Rhonda Robinson

“Don’t Ask Don’t Tell”—Whose Morale-ity Will Win?

Posted on February 3 2010 4:00 pm
Rhonda Robinson is part of NewsReal's editorial team. As a columnist, Rhonda has provided readers with thoughtful insight into social, political, and parenting issues since 1995.
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My maternal grandfather and my father both had something to hide. One made it into military service, the other didn’t.

Growing up as a poor boy in the country my grandfather was a crack-shot and, like most in his generation was eager to serve his country. He slipped through the medical exams and the eye tests. In many ways he was an ideal soldier, except one little thing—he was missing his first two fingers.

His sharp shooting skills concealed it on the range, and stuffed gloves did the trick in formation. When he went to sign on the dotted line, it became obvious to the officer witnessing his signature. A childhood accident ended his military career before it began.

My father answered the call of duty without any problem; he served and was discharged honorably, as did most of his generation. He died many years later, as a gay man living openly in the homosexual lifestyle. His violation of military policy was much easier to hide. Both men were good men, willing to serve their country honorably; neither fully met the requirements.

In an obvious attempt to win back his base, Obama, extols his leftist morality with the promise of repealing “Don’t Ask Don’t Tell.” Giving the Left something to fight for and keeping the Right distracted. Eager for a taste of some sort of victory Chris Matthews and his guest on his MSNBC show Hardball, attempts to claim the moral high ground of “honor”  and serving the country,  in defence of open homosexuality in the military.

Matthews asks Peter Sprigg, of the Family Research Council, if he would acknowledge that “in the history of our country” we have had a significant number of gays in the military.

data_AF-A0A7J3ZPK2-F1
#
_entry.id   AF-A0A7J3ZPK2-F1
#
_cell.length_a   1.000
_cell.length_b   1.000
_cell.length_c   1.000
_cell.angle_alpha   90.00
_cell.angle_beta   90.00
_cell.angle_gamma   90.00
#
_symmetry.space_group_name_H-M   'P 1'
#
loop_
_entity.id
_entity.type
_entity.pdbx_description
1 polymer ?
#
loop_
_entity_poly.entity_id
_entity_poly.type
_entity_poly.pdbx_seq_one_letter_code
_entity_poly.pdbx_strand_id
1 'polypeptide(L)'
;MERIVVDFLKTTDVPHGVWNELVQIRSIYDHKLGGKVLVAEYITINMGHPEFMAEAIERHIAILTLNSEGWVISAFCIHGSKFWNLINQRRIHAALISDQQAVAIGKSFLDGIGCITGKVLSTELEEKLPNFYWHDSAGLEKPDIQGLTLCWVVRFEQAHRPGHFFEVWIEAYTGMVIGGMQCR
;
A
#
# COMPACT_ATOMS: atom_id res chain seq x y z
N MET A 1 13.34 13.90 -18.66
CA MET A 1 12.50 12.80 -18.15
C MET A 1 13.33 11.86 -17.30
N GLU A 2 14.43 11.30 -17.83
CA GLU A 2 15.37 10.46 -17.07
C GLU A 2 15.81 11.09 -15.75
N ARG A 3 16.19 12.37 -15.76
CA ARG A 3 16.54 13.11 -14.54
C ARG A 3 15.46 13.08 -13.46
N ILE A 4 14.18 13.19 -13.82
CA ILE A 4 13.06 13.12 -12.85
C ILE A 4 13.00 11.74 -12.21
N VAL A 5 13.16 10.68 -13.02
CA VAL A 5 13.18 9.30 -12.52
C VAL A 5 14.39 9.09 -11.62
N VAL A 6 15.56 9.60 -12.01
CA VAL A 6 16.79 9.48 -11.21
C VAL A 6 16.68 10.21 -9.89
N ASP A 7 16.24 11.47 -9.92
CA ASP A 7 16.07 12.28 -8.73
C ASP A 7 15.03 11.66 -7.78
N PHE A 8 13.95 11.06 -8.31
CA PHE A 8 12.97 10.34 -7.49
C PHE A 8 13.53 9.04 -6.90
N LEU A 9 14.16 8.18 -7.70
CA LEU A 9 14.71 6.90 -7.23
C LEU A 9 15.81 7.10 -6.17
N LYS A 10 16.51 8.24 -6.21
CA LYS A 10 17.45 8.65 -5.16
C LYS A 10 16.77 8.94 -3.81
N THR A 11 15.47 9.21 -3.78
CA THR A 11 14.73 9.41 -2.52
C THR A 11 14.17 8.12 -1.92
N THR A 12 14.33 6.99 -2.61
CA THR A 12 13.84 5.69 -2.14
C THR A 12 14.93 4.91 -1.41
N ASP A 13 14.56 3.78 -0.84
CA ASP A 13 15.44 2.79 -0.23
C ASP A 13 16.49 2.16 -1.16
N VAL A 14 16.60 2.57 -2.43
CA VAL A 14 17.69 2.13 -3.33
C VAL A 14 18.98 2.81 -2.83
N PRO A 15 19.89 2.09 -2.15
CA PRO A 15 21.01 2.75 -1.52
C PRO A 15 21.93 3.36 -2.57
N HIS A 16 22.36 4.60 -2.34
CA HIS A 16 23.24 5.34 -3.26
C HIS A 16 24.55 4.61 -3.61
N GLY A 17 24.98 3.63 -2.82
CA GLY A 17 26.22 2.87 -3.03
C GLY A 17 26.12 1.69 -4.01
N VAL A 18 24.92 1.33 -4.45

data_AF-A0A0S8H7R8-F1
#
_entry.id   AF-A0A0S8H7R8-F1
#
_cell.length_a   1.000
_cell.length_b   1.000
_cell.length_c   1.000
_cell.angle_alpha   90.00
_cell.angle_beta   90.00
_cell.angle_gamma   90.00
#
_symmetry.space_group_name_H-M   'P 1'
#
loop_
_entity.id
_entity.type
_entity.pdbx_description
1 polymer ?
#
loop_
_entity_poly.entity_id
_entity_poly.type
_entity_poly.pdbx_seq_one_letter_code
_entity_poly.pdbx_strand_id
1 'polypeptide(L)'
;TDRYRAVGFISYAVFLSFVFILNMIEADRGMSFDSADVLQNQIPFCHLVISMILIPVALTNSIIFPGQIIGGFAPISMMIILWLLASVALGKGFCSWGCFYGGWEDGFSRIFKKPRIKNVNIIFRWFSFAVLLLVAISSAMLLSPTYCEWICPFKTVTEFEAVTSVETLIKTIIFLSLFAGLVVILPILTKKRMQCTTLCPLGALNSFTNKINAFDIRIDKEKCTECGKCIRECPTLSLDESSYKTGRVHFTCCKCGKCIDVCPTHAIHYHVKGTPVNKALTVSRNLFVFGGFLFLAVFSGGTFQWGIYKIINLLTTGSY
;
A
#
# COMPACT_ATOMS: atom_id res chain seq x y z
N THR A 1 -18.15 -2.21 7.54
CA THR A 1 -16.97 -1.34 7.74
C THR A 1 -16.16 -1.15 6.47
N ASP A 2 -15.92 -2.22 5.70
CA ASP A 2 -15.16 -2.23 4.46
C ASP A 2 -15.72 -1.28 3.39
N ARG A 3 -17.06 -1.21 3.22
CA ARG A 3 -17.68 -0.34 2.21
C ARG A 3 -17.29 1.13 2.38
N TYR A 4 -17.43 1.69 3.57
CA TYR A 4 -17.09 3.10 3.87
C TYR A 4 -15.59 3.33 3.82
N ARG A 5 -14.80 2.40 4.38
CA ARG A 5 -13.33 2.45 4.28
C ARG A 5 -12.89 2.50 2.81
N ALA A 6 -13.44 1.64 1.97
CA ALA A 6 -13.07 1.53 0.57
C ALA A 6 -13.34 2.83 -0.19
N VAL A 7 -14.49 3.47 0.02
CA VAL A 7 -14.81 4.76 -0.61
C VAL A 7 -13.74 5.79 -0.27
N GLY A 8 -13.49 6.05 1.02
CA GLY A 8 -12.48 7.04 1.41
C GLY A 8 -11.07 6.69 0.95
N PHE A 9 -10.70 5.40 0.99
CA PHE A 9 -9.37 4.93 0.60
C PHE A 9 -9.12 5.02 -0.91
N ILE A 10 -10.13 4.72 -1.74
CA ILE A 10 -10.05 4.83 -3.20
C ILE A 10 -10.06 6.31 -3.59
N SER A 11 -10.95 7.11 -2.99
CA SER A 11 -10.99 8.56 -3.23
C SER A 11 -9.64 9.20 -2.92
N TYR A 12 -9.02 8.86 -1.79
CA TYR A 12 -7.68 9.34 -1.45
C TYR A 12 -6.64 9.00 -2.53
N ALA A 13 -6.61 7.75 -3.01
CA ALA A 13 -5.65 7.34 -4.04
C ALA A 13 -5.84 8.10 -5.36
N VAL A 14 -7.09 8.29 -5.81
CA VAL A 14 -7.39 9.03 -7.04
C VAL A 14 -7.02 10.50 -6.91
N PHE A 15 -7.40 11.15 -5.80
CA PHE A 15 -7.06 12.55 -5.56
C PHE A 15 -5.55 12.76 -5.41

Not taking the bait, Sprigg answered:

“There are people who have experienced homosexual attractions who have served in the military and do continue to serve in the military. But they are restrained in their behavior by the current policy.”

“If we had a policy where people where considered bigoted if they were opposed to the same sex conduct, there would be much greater danger of misconduct on the part of the homosexuals, and a much greater likelihood that people who would object to that would simply choose to not to serve at all.”

Aubrey Sarvis, of the Sevicemembers’ Legal Defense Network counters:

“…[W]hat this gentleman is suggesting and putting out on the table is insulting to all service members gay and straight. It’s about professionalism. Gay soldiers and sailors are professionals as are their straight counterparts.”

“At the end of the day it’s about professionalism, it’s about getting the mission done. And it’s not about your sexual preference or orentation.”

“The purpose of the military is to defend this country. We need every service member who is qualified to be on active duty today to be defending this country. Their sexual orientation is not a factor.”

Sexual orientation is only a factor if it is made to be one. The military life is not a right, nor is it the same as civilian life. Service men and women accept a code of ethics in both their professional and personal life. The service has its own code of morality. If a soldier can not accept the self-discipline, and moral standard the military has set for itself, then he needs to take his talents and serve his country elsewhere.

The morale of the troops is either strengthened or dismantled by its morality. Whose shall they live and die by?

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